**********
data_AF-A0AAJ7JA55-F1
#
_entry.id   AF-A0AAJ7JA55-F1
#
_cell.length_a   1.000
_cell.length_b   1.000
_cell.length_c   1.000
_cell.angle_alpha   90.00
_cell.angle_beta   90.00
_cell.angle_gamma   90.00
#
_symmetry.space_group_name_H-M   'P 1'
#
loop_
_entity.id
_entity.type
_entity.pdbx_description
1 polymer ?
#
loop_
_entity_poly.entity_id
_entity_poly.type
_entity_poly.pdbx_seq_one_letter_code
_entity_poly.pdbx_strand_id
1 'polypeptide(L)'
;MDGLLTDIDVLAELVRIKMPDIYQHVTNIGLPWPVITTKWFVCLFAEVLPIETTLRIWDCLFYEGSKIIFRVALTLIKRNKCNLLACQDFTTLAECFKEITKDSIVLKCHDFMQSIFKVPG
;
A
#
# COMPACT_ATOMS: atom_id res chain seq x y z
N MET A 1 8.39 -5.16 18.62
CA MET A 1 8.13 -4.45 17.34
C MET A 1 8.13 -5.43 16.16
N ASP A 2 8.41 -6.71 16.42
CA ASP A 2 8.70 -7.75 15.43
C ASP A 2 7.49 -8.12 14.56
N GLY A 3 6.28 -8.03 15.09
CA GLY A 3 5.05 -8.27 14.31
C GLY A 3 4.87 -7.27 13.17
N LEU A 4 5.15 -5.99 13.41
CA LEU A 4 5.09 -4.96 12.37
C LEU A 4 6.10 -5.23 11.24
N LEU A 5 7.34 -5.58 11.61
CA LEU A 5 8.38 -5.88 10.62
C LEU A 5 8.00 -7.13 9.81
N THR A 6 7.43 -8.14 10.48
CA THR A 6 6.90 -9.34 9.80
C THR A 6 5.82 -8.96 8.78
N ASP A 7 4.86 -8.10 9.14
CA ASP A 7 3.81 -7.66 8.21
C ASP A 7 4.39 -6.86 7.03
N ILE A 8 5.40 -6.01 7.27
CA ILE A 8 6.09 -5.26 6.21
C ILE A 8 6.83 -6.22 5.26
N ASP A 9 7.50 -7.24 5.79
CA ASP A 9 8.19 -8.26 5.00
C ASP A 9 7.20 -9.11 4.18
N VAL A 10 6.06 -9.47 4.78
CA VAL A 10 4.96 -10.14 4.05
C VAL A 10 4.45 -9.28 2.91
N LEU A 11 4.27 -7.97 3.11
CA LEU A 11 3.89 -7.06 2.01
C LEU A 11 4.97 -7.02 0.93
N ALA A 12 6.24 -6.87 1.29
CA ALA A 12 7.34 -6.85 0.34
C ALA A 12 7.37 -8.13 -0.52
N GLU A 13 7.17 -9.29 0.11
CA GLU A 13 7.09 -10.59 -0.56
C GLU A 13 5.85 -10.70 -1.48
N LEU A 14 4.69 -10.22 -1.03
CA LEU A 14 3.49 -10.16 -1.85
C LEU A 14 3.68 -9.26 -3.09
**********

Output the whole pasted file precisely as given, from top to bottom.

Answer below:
data_AF-A0AAJ7JA55-F1
#
_entry.id   AF-A0AAJ7JA55-F1
#
_cell.length_a   1.000
_cell.length_b   1.000
_cell.length_c   1.000
_cell.angle_alpha   90.00
_cell.angle_beta   90.00
_cell.angle_gamma   90.00
#
_symmetry.space_group_name_H-M   'P 1'
#
loop_
_entity.id
_entity.type
_entity.pdbx_description
1 polymer ?
#
loop_
_entity_poly.entity_id
_entity_poly.type
_entity_poly.pdbx_seq_one_letter_code
_entity_poly.pdbx_strand_id
1 'polypeptide(L)'
;MDGLLTDIDVLAELVRIKMPDIYQHVTNIGLPWPVITTKWFVCLFAEVLPIETTLRIWDCLFYEGSKIIFRVALTLIKRNKCNLLACQDFTTLAECFKEITKDSIVLKCHDFMQSIFKVPG
;
A
#
# COMPACT_ATOMS: atom_id res chain seq x y z
N MET A 1 8.39 -5.16 18.62
CA MET A 1 8.13 -4.45 17.34
C MET A 1 8.13 -5.43 16.16
N ASP A 2 8.41 -6.71 16.42
CA ASP A 2 8.70 -7.75 15.43
C ASP A 2 7.49 -8.12 14.56
N GLY A 3 6.28 -8.03 15.09
CA GLY A 3 5.05 -8.27 14.31
C GLY A 3 4.87 -7.27 13.17
N LEU A 4 5.15 -5.99 13.41
CA LEU A 4 5.09 -4.96 12.37
C LEU A 4 6.10 -5.23 11.24
N LEU A 5 7.34 -5.58 11.61
CA LEU A 5 8.38 -5.88 10.62
C LEU A 5 8.00 -7.13 9.81
N THR A 6 7.43 -8.14 10.48
CA THR A 6 6.90 -9.34 9.80
C THR A 6 5.82 -8.96 8.78
N ASP A 7 4.86 -8.10 9.14
CA ASP A 7 3.81 -7.66 8.21
C ASP A 7 4.39 -6.86 7.03
N ILE A 8 5.40 -6.01 7.27
CA ILE A 8 6.09 -5.26 6.21
C ILE A 8 6.83 -6.22 5.26
N ASP A 9 7.50 -7.24 5.79
CA ASP A 9 8.19 -8.26 5.00
C ASP A 9 7.20 -9.11 4.18
N VAL A 10 6.06 -9.47 4.78
CA VAL A 10 4.96 -10.14 4.05
C VAL A 10 4.45 -9.28 2.91
N LEU A 11 4.27 -7.97 3.11
CA LEU A 11 3.89 -7.06 2.01
C LEU A 11 4.97 -7.02 0.93
N ALA A 12 6.24 -6.87 1.29
CA ALA A 12 7.34 -6.85 0.34
C ALA A 12 7.37 -8.13 -0.52
N GLU A 13 7.17 -9.29 0.11
CA GLU A 13 7.09 -10.59 -0.56
C GLU A 13 5.85 -10.70 -1.48
N LEU A 14 4.69 -10.22 -1.03
CA LEU A 14 3.49 -10.16 -1.85
C LEU A 14 3.68 -9.26 -3.09